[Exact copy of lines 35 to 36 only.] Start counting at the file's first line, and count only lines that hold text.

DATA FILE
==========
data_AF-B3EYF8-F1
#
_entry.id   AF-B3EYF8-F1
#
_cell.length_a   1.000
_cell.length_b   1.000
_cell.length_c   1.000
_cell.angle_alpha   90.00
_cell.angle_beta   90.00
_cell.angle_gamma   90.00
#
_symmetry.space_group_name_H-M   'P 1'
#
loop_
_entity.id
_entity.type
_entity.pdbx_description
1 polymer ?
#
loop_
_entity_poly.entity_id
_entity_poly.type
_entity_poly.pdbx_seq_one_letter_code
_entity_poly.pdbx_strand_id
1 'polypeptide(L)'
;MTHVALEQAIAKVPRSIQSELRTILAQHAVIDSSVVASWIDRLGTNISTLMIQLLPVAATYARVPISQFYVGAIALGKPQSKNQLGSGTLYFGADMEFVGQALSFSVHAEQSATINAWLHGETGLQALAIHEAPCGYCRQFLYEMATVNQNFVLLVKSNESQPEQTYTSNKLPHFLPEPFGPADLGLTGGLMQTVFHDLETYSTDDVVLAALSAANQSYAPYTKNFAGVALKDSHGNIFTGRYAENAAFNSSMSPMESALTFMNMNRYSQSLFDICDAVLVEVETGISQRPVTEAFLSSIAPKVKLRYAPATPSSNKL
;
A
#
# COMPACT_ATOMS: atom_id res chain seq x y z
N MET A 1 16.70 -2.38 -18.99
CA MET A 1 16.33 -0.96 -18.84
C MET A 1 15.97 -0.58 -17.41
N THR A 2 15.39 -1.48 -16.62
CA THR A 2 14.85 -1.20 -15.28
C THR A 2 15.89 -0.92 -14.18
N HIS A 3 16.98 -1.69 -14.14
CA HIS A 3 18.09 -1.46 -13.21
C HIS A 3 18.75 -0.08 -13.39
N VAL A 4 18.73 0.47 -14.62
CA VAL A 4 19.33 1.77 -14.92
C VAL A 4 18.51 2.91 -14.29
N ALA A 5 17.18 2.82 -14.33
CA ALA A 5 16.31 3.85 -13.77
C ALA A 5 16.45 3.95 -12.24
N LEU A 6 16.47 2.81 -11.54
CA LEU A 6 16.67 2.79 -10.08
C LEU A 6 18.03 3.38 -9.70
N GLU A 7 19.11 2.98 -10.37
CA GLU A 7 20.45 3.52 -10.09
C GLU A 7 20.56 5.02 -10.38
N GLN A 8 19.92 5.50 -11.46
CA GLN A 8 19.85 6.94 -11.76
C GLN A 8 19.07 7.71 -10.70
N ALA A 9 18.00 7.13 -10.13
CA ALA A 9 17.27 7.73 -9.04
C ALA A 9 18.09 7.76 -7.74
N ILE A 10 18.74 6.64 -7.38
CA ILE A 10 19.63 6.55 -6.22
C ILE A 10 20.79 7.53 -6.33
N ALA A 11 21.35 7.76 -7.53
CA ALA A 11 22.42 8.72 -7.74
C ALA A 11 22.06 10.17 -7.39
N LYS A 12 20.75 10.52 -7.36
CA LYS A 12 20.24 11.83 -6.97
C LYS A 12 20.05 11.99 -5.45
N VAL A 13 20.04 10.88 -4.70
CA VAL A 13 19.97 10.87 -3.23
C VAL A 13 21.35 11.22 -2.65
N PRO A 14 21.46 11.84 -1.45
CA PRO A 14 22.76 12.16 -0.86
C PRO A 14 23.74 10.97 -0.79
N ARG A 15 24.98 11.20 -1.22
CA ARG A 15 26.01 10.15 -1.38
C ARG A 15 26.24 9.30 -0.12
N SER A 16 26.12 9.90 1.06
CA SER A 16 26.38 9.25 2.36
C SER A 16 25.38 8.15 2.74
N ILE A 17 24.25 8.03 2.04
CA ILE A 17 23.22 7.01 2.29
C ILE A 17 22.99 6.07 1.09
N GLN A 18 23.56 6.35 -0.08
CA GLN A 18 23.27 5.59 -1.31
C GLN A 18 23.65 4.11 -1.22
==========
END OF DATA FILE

CA THR A 2 14.85 -1.20 -15.28
C THR A 2 15.89 -0.92 -14.18